or feature happened to be running at the time.
The Streak 7's
screen, with an 800 by 480 resolution, seems a bit dim, compared with the
Samsung Galaxy Tab's 1024 by 600 resolution. RIM has claimed its PlayBook's
resolution will match the Tab's, which means the Streak 7 could find itself
lagging in the category come the next few quarters. Nor was the Streak 7's
viewing angles particularly ample: unless you stare at the screen head-on, or
at the slightest angle, it becomes unacceptably dark.
If the Streak
7's hardware has an Achilles Heel, it's the 5-megapixel rear-facing camera. The
software is Android standard, with the ability to granularly adjust for picture
quality, white balance, etc. No matter what the setting and lighting
conditions, though, the resulting images often appeared muddy or washed-out.
The camera module's positioning on the upper-left portion of the Streak's frame
also made for some awkward centering.
As with the
original Streak, the camera's bright spot-so to speak-is the camcorder, and its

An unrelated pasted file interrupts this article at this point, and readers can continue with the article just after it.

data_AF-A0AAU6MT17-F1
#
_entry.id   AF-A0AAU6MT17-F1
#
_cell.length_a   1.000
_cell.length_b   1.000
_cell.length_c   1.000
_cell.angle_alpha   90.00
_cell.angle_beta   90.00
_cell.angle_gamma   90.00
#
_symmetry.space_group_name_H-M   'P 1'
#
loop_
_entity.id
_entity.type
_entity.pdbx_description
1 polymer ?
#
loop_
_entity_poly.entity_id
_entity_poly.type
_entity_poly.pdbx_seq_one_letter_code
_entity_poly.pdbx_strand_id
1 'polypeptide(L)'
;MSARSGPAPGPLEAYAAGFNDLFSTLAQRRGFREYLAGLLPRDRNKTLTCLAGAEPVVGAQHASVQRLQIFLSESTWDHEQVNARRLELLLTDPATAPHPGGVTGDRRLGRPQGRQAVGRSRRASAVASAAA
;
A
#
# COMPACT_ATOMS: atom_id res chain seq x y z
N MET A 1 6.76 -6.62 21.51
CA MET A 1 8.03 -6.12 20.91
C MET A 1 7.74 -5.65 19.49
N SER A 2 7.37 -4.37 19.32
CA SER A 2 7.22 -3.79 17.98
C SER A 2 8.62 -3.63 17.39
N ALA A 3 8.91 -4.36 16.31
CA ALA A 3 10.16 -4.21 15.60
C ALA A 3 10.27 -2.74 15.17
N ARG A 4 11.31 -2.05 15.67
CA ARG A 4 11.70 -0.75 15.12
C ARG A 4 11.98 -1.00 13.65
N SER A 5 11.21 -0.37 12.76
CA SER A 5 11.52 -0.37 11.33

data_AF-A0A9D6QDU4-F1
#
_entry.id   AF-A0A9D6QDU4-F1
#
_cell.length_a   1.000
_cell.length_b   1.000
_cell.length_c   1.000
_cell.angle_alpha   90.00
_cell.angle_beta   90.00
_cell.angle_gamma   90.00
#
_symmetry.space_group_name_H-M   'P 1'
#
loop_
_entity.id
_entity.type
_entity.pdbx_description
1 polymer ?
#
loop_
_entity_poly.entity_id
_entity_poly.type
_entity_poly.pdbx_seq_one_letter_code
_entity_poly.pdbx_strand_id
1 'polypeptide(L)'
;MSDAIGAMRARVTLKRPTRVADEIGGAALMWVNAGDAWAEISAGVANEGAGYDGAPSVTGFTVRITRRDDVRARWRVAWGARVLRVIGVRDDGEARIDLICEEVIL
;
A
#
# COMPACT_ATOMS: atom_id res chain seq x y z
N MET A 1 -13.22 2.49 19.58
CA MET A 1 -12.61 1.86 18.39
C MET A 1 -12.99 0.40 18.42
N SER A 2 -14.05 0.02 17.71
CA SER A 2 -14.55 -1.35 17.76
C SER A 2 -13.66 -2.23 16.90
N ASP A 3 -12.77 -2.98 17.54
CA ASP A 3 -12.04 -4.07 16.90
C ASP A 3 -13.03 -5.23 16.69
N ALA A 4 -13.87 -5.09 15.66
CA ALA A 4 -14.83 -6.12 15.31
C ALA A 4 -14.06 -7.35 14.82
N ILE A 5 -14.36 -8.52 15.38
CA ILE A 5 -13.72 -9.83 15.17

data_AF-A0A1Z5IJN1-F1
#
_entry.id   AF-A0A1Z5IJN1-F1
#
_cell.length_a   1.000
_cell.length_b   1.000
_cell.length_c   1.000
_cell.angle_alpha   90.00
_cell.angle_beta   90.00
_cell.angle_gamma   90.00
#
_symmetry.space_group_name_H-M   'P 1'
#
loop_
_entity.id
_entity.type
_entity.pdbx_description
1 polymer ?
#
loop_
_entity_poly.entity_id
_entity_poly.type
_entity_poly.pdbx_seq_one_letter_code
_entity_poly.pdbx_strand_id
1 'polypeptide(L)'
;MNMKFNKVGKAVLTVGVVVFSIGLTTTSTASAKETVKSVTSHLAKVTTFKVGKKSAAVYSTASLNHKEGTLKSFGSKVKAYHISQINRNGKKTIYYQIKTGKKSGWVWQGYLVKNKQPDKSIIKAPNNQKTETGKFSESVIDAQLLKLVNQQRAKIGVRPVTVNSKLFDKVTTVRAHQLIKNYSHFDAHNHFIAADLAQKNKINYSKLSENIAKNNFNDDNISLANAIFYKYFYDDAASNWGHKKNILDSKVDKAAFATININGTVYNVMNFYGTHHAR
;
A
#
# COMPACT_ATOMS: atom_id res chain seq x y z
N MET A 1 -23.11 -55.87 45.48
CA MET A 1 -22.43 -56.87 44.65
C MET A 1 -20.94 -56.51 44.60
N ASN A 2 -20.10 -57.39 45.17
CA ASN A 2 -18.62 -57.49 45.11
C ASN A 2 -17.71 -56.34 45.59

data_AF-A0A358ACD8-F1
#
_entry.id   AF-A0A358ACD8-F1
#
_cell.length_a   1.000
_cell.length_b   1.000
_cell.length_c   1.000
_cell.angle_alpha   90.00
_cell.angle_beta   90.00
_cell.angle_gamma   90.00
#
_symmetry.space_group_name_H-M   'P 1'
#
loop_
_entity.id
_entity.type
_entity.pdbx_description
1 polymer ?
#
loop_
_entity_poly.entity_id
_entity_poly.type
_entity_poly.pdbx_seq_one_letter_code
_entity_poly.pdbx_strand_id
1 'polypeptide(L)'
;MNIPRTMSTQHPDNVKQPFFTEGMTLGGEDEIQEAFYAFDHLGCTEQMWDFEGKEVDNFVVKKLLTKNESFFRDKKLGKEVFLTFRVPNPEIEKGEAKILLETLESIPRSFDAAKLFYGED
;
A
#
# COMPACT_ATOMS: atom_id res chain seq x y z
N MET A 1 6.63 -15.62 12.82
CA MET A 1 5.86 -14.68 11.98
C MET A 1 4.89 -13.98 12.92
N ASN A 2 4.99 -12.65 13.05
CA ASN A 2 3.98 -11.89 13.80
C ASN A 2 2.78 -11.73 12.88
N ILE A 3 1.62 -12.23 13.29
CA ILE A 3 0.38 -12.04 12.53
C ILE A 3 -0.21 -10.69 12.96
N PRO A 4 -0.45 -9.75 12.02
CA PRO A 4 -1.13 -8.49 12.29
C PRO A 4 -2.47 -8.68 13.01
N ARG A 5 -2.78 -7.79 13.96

ability to shoot 720p video. Uploading both still images and video to Picasa,
Facebook, Gmail and Twitter is a snap.
Dell offers the same "Stage" user interface as its original Streak. As soon as
you start up the device, you're offered a set of screens, accessible by swiping
left or right, which includes Home, Web, E-mail, Social, and Music. The icons
within these screens are enclosed within a graphical interface meant to evoke
an old-style theater. Aesthetically, it looks far better on a 7-inch screen
than on a 5-incher, but most users will likely swipe right to Android's applications
Thanks to the
Streak 7's dual-core 1GHz Nvidia Tegra processor, applications and games run
with nary a stutter. I played games such as Gun Bros and Asphalt 5 for 90
minutes or more at a stretch, without the back of the device becoming more than
just a little warm, and with no slowdown. Combined with the T-Mobile 4G
connection, downloading and opening Web pages and running video was likewise a
speedy experience. Inevitably, though, that speed costs power: over a few days'
consistent testing, I needed anywhere from two hours to four hours to drain a
us to the subject of Android 2.2-or rather, the increasingly desperate need for
Android 3.0. Or more specifically, the need for Google to offer a version of
Android not only optimized for tablet applications (done, once Honeycomb is
pushed into the ecosystem), but also tweaked for tablet-caliber power
once, I've run a third-party application or game only to find it sucking away
at the tablet's battery like a particularly famished vampire, and when you